Sandy deals trouble left and right

An overlook at Hanging Rock State Park offers a serene winter experience after a snowfall.

Perhaps for the first time ever, state parks were closed this week in eastern North Carolina for hurricane winds and rain and in the mountains for snowfall. It was an odd situation, but Hurricane Sandy did no serious damage to state parks and all are reopening quickly.

Some visitors may wonder how decisions are made to close parks, and why they sometimes close for days at a time when a storm passes quickly. Our top priority is the safety of visitors, of course. Even a relatively minor storm can bring down trees and suddenly swell waterways. A hurricane, tropical storm, ice storm or heavy snowfall multiplies those risks. Bear in mind that those state parks with campgrounds have a more difficult chore during nasty weather. It takes more time to shut down. Campers must be accounted for and evacuated, and there may be visitors en route to a campground who’ve made a reservation weeks or months earlier. We make every effort to contact them personally to let them know a park is closed — or might close on short notice.

After a storm passes, park superintendents and rangers are usually itching to get their park open again — it’s just human nature to want everything back to normal right away. But facilities such as piers, boardwalks and remote public buildings have to be closely inspected for damage and more critically, all the trails have to be walked with a keen eye for hanging limbs or even entire trees that might yet come down — unaffectionately known as “widowmakers”.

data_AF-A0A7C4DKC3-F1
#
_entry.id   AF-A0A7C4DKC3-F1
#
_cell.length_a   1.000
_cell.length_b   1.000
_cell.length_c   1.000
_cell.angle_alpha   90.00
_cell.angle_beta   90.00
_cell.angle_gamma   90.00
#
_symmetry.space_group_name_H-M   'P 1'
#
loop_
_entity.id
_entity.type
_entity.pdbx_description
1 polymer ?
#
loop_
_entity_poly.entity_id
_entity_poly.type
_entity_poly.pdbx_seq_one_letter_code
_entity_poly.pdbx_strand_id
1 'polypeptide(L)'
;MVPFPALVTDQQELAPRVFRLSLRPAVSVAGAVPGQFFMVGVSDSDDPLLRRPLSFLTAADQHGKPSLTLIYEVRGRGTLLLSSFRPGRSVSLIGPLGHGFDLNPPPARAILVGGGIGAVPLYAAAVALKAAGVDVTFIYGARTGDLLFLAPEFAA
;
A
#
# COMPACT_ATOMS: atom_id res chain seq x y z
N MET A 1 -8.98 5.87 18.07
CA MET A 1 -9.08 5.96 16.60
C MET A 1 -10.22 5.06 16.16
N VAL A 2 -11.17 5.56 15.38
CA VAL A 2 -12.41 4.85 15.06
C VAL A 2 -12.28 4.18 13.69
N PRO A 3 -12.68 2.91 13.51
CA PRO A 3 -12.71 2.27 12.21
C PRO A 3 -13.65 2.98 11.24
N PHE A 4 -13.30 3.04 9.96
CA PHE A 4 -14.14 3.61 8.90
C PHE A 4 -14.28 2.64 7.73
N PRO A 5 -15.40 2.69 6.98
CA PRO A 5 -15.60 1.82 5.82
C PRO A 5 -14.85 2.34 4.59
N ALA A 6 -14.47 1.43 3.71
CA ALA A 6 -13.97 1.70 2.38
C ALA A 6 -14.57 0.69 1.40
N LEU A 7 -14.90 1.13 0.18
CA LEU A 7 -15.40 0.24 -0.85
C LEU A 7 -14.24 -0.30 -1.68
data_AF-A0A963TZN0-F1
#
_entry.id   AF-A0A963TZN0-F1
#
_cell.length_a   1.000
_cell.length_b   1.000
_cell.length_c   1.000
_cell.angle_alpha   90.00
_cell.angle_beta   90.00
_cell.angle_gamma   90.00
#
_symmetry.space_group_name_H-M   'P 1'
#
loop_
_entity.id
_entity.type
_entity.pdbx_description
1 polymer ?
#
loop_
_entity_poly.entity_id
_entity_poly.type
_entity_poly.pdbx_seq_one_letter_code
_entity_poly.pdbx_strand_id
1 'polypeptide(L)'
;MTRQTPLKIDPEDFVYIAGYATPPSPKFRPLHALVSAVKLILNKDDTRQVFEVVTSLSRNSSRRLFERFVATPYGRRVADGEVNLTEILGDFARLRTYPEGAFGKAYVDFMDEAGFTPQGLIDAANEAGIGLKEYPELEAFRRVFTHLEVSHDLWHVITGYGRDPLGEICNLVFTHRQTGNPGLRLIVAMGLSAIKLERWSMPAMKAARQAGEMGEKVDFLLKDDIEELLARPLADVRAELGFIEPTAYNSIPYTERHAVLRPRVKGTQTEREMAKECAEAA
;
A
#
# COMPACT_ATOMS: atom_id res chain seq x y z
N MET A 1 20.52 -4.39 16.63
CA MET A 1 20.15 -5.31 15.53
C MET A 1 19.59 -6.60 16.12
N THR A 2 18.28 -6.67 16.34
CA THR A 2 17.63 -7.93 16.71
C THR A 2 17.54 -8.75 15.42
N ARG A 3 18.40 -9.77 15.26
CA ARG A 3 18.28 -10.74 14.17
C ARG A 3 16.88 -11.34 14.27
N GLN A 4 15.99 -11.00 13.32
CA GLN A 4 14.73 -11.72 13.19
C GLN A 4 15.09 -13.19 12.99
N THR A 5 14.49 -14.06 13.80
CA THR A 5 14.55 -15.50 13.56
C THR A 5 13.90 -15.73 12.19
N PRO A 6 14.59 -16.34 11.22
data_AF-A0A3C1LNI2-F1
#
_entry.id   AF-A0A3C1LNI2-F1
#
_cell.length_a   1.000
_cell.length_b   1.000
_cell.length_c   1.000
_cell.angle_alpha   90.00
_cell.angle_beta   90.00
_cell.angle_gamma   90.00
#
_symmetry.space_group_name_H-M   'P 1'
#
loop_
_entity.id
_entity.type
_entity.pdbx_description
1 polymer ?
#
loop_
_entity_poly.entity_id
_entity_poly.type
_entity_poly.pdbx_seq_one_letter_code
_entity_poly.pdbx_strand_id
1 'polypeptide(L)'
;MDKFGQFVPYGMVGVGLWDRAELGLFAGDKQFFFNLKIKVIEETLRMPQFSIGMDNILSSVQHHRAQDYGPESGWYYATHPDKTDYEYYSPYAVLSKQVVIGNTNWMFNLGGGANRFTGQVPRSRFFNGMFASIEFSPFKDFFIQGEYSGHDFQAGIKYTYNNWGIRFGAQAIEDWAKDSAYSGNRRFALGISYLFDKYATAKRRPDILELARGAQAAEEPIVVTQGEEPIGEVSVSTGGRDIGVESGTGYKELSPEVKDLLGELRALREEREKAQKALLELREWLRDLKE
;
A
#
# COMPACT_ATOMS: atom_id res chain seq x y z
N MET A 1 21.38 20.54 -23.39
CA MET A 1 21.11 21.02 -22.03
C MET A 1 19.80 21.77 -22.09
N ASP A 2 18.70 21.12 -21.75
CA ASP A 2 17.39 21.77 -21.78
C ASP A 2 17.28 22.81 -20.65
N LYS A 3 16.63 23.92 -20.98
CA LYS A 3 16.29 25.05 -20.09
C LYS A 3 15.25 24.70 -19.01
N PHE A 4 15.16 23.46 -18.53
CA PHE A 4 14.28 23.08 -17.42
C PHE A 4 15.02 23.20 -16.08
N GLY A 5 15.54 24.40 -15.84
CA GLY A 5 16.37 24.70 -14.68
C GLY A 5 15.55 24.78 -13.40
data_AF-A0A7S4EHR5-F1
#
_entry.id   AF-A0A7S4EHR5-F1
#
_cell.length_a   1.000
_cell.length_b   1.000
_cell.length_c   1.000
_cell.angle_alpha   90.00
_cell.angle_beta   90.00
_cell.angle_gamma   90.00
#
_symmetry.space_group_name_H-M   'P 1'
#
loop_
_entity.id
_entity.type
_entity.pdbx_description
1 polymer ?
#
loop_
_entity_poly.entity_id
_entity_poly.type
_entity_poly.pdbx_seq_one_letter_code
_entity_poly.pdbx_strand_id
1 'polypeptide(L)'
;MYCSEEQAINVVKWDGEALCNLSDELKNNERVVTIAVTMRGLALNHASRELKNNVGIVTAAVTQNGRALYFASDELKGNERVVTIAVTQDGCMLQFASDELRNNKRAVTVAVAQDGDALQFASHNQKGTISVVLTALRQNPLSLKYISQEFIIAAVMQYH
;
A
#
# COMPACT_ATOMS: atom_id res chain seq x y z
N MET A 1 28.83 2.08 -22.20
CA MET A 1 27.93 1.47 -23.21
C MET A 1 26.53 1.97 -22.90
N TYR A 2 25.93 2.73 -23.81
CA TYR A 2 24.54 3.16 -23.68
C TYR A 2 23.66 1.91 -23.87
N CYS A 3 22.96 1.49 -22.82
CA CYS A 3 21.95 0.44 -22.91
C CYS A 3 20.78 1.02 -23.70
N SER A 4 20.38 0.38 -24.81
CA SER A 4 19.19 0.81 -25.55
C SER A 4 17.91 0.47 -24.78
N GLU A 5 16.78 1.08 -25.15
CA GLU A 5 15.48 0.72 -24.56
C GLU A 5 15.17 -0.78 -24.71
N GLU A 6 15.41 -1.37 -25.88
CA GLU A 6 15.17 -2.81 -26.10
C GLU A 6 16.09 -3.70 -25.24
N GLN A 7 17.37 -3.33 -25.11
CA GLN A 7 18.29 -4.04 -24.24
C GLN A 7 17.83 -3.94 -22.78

There’s something else that most folks don’t know. When North Carolina faces a severe storm, state park rangers and maintenance crewmen, their skills and all their equipment become critical assets in the government’s response. Boats, chainsaws and four-wheel-drive vehicles may be needed many miles away. A park  minimally affected may have to remain closed a couple extra days while its staff is helping storm victims elsewhere. As law enforcement officers, rangers have been called on in recent years to help local police in stricken areas.

If you’re a regular park visitor, you absolutely should be tuned into us on Twitter. Park and facility closings are posted there immediately. More detailed info is posted on our website. There is usually a general “alert” posted on all website pages; and even more detailed info is often posted on a specific park’s webpage within the site. Also, we’re improving our ability to send “push notifications” to smartphones that carry our mobile app so that visitors get word of sudden weather emergencies even when they’re out on a trail. A combination of new technology and old fashion patience works here. We truly want our visitors to experience the grandeur of the parks in all seasons.

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